“Instead of using car petrol, maybe I can use a special type of chocolate.”
This suggestion, made by schoolchildren to Alok Sharma MP as part of the National Grid’s Voices for a Green Future competition ahead of COP26, is not as outlandish as it seems. The waste residues from chocolate production can be processed into a fuel to power cars as well as other forms of transport, while also providing benefits for rural communities in developing countries.
Cocoa waste fact sheet
- Globally each year, we produce around 5.6 million tonnes (Mt) of cocoa beans, which we use to make chocolate and other products.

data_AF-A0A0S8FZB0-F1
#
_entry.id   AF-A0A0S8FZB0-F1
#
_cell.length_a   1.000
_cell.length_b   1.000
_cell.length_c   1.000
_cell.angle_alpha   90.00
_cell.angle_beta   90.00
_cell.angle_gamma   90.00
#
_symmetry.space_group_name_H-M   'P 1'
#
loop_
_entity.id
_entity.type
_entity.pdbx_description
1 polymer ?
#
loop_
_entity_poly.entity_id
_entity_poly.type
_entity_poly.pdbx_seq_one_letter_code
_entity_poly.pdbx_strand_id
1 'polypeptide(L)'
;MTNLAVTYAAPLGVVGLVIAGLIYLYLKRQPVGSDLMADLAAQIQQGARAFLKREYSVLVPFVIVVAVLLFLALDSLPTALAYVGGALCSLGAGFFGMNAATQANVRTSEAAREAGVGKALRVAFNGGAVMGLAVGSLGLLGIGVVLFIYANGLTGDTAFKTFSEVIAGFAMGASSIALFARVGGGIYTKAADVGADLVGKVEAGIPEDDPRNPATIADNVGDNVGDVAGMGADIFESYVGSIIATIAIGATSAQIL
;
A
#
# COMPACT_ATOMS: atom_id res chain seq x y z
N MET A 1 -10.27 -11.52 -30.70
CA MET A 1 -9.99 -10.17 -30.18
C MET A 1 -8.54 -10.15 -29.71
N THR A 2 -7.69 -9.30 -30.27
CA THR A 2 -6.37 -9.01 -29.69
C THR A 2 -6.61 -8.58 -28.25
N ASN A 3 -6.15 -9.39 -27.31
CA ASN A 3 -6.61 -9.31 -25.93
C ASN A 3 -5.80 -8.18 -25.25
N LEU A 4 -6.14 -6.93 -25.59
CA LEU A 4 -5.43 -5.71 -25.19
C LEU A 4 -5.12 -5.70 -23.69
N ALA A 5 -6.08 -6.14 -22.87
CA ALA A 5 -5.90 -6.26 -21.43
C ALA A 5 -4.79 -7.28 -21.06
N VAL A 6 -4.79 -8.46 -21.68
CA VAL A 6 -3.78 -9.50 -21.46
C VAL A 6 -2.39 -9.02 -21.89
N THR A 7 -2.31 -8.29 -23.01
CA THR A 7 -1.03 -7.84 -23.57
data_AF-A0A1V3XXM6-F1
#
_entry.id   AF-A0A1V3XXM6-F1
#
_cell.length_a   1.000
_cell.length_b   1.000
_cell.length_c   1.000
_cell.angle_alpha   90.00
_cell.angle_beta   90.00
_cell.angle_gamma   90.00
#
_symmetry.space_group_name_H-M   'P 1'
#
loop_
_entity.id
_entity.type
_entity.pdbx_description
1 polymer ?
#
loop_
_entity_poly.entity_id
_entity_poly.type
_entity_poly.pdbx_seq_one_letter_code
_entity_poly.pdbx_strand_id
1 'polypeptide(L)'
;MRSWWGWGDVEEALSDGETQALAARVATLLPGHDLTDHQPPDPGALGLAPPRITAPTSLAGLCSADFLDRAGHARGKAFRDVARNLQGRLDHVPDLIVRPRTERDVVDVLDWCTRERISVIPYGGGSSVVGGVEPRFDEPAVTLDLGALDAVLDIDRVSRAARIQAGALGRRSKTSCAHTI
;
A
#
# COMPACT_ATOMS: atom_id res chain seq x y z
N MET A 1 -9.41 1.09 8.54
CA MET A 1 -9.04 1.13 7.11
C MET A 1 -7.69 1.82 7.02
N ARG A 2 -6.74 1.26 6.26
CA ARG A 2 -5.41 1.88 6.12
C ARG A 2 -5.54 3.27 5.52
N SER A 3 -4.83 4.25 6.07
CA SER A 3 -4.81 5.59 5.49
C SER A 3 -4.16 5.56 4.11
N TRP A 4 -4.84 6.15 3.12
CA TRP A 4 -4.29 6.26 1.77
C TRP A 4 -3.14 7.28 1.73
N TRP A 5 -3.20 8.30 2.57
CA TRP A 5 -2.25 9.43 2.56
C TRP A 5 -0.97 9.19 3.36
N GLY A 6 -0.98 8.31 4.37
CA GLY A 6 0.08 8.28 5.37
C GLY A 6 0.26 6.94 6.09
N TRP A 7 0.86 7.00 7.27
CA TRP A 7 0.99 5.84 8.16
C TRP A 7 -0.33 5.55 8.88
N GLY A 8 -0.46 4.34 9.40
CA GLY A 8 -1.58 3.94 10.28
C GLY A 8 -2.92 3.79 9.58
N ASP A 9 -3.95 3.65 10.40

- This produces around 50 Mt of waste, as the cocoa beans only account for about 10% of the cocoa fruit.
- From this waste, we can extract around 1.2 Mt of ethanol, which can be used as fuel.
- 1.2 Mt of ethanol could be used to drive 12,289,209 miles, which is 494 times around the world.
- Using ethanol derived from cocoa waste in place of petrol would reduce carbon dioxide emissions by 2.6 Mt, the equivalent of taking 1.2 million cars off the road in the UK.
- Most cocoa is produced in Africa, Central and Southern America, and Indonesia, where it is an important income source and provides employment opportunities for local communities.
- Using the waste from cocoa to produce fuels like ethanol can provide an additional income for people and communities in the developing world, as well as providing a solution to the environmental problem of waste disposal.
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